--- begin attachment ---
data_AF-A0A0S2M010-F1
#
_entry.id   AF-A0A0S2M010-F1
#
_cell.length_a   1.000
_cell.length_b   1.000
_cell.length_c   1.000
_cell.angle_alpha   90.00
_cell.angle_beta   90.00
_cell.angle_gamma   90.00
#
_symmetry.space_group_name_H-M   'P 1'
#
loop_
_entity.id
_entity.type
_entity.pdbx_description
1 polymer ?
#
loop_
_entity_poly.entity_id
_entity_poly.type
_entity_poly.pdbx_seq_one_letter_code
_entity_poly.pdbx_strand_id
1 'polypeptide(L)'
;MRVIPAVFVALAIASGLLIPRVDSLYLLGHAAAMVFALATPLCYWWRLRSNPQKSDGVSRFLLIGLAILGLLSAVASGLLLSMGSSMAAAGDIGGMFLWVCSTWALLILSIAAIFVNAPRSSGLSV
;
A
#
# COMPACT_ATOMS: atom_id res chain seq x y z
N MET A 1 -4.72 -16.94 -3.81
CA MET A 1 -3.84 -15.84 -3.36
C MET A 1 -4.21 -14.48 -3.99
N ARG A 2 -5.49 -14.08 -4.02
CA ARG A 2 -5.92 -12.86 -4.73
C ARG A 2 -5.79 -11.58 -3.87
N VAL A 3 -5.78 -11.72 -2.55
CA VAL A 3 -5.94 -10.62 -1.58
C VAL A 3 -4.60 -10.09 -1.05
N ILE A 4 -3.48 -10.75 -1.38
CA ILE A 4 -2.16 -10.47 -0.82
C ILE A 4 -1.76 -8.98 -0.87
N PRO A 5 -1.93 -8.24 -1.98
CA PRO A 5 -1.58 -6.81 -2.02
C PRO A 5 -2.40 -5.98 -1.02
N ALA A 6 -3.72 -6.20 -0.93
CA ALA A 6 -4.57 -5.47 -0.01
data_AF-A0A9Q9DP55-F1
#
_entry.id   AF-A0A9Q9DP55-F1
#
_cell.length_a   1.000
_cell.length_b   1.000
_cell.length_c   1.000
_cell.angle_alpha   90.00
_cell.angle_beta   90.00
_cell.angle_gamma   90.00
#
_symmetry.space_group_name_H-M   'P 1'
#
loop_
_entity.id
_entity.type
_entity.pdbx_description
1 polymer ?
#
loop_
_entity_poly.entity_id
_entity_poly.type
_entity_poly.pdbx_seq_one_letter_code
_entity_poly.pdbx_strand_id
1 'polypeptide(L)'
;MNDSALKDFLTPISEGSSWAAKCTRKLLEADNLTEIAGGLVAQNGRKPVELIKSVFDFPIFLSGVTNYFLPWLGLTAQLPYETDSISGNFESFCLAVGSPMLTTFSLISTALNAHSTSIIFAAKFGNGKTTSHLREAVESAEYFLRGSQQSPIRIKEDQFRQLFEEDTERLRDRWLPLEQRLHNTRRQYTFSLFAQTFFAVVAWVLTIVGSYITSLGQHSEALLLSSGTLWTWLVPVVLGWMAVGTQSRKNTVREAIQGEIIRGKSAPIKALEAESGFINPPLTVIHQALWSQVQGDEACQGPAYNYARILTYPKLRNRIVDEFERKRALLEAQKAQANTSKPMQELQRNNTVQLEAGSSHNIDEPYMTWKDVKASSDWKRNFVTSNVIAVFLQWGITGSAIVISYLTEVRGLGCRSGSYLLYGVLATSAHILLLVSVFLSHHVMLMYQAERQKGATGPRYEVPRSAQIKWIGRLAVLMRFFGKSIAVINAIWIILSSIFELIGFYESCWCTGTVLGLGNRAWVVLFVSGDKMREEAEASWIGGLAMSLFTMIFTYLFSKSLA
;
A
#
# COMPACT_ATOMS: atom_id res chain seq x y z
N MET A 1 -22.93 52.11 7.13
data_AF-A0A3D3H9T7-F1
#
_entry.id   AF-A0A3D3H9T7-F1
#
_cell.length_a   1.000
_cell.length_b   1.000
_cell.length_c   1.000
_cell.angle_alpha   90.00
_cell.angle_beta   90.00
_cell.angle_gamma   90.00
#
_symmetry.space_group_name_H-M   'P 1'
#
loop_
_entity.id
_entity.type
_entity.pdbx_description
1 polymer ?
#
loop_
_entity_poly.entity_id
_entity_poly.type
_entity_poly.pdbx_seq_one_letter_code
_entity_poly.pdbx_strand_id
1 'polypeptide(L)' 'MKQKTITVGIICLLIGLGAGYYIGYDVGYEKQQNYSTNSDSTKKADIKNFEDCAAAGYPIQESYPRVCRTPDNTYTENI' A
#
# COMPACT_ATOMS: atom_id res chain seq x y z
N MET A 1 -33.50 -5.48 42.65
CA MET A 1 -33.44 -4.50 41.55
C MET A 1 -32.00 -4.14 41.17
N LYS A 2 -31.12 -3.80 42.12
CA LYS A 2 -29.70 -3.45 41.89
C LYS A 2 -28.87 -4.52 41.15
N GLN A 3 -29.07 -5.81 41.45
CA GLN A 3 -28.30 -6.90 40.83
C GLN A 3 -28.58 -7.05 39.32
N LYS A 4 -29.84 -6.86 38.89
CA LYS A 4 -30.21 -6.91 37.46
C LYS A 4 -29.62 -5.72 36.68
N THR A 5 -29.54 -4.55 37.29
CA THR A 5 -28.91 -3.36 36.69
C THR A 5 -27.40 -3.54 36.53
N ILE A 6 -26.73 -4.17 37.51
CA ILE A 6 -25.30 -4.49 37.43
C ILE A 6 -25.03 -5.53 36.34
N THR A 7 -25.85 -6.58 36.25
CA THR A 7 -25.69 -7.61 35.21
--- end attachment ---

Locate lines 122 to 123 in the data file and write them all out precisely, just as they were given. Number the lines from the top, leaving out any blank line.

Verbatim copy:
CA ILE A 6 -25.30 -4.49 37.43
C ILE A 6 -25.03 -5.53 36.34